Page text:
The aim of this doctoral thesis was to explore university graduates’ employability and transition to working life. The main aim was to explore graduates’ evaluations of their academic competences and how these evaluations are related to their learning. In addition, the aim was to investigate the relation between work experience, approaches to learning and study success. Follow-up study aimed to explore how graduates’ evaluate their academic competences and career success after three years of graduation, and what kinds of challenges graduates have encountered in working life. This thesis consists of four sub-studies. Study was a longitudinal study and applied a mixed-methods approach. Data included 1023 survey answers and 83 interviews at the time of graduation and 57 follow-up survey answers three years after graduation. The results of Study I showed that graduates varied in evaluations of their academic competences. Most graduates were able to extensively describe their competences, including those that are more demanding such as critical thinking and applying knowledge, as well as more practical competences. However, some graduates described their academic competences quite narrowly, emphasising only practical competences such as communications skills and information technology skills. Moreover, others had difficulties in describing and evaluating their competences at all. The results of Study II revealed that a deep approach to learning, organised studying, and especially putting effort into learn competences, was related to the richness of the evaluations of competences. The results of Study III showed that academic work was related to a deep approach to learning and non-academic work was related to a surface approach to learning and unorganised studying. In addition, own academic work had a direct negative relation to study pace when working more than 20 hours per week as well as doing more 20 hours of non-academic work per week had a negative relation to the thesis grade. Study IV showed that graduates with rich descriptions of their competences at the time of graduation had more often academic work that was related to their study field and had experienced less difficulties related to employment after graduation compared to the graduates with more limited descriptions of their competences. The results showed that significant changes in graduates’ evaluations of academic competences had occurred. After three years of graduation, collaboration and communication competences were evaluated as being less developed than they evaluated at the time of graduation. The results of Study IV also revealed that most of the challenges that graduates reported having encountered in working life were related to a need for more academic competences, especially presentation and social competences. In conclusion, this doctoral thesis provides new information on the factors that are related to employability and it extended previous employability models by adding aspect of learning as a single dimension. This doctoral thesis indicates that the ability to evaluate and describe one’s own competences at the time of graduation is an important factor for employability and career success. This doctoral thesis indicates that a mixed methods approach is needed to explore graduates’ employability and especially competences more profoundly.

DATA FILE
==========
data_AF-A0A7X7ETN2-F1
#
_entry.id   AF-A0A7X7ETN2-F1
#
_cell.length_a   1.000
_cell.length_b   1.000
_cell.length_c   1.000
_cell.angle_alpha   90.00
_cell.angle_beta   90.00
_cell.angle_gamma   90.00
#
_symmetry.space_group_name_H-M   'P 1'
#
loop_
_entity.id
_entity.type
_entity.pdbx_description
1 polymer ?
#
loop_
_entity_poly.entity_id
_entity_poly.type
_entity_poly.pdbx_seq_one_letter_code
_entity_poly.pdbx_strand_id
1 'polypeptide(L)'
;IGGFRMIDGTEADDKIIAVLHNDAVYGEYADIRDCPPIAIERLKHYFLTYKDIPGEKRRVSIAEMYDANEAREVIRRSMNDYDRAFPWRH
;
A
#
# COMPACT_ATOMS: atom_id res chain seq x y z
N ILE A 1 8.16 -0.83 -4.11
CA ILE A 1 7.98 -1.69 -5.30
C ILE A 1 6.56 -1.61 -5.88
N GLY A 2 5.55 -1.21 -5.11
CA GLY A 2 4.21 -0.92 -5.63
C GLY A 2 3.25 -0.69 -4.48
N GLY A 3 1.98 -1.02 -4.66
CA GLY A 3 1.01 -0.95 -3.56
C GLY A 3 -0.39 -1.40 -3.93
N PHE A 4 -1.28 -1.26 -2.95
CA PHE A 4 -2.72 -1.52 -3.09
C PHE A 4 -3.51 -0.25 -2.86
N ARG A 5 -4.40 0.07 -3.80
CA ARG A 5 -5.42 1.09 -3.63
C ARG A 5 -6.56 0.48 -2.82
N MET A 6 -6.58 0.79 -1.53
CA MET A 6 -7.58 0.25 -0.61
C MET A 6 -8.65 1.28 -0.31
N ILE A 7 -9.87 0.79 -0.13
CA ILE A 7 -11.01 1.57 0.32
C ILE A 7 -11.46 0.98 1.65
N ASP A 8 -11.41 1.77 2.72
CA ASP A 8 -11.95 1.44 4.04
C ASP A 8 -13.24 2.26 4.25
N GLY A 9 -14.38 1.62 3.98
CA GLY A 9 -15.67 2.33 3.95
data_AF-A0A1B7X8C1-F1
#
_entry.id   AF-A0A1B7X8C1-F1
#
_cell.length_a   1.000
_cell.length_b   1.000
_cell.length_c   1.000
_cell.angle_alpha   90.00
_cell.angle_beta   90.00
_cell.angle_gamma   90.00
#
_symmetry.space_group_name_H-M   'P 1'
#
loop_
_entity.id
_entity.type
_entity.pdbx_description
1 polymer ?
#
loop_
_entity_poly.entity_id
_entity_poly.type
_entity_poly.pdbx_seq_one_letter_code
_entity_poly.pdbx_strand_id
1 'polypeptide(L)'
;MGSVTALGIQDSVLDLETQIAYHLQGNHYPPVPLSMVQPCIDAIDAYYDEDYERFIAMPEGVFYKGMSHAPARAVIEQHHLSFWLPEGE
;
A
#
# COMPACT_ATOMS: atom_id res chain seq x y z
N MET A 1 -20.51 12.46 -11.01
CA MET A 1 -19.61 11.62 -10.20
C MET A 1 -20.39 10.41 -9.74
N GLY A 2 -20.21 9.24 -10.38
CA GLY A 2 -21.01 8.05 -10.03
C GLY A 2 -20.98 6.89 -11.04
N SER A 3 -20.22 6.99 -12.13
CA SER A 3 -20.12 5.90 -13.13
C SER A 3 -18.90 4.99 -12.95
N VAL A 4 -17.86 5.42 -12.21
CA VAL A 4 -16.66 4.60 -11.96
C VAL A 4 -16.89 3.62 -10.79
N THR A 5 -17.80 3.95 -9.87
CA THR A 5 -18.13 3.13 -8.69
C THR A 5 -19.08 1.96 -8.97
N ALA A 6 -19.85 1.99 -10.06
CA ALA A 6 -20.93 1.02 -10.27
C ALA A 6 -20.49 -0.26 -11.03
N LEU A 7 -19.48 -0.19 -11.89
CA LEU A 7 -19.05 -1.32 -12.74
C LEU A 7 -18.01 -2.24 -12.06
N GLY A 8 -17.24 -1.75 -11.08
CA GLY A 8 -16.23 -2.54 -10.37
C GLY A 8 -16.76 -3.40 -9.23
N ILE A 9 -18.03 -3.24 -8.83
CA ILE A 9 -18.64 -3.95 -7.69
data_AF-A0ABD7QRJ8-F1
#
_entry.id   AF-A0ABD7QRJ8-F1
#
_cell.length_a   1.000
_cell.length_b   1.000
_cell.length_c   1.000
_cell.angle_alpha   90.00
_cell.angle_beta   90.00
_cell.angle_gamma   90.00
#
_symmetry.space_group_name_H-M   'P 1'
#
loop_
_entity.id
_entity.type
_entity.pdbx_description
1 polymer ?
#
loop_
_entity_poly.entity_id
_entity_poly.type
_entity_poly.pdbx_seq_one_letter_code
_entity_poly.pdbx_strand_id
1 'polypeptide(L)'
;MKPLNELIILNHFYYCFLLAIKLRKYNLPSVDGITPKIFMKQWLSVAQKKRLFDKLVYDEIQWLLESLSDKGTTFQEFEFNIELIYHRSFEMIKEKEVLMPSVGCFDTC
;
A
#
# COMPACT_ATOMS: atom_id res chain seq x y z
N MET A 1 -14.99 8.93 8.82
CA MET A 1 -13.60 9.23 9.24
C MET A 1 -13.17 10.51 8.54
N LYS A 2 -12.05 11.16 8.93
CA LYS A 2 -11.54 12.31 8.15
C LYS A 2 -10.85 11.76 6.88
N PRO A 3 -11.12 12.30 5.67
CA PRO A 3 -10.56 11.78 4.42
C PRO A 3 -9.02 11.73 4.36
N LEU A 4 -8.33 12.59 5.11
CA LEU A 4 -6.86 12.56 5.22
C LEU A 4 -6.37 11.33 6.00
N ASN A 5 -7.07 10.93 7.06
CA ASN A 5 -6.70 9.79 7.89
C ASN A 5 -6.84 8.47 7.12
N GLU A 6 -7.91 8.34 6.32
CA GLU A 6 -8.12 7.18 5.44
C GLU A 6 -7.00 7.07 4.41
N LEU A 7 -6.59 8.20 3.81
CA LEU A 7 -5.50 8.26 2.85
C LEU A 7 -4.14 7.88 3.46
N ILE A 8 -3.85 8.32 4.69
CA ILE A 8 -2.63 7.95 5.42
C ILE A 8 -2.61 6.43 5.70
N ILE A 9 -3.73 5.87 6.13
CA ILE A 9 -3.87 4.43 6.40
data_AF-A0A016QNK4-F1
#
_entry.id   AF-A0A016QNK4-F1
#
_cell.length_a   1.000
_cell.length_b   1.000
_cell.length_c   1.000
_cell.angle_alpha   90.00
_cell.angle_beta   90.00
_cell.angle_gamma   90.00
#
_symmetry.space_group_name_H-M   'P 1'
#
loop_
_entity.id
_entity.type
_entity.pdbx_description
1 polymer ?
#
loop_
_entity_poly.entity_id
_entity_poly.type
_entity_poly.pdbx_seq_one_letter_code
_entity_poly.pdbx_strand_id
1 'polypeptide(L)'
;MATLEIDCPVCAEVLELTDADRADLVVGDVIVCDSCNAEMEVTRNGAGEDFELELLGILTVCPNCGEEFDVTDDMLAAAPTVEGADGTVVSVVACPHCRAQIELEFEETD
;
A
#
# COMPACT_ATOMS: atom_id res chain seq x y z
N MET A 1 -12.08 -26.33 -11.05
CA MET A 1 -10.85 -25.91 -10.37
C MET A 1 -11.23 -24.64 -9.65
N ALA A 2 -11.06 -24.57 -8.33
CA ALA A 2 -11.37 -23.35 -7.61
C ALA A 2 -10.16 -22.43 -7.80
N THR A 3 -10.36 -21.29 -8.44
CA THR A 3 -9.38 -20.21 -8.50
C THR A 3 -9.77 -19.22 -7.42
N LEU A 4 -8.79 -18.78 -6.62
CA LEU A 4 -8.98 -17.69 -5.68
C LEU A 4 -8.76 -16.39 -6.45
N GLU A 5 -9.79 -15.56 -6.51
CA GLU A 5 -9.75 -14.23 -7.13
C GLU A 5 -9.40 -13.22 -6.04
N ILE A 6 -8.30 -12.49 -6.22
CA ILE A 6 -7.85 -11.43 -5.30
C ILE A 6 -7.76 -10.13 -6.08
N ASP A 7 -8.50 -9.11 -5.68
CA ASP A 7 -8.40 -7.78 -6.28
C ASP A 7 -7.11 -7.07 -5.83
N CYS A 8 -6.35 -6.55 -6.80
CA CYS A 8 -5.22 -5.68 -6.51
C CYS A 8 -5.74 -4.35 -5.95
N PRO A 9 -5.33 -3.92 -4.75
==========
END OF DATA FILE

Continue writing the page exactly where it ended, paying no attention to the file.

• Pöntinen, Silpa Maria (Helsingin yliopisto, 2019)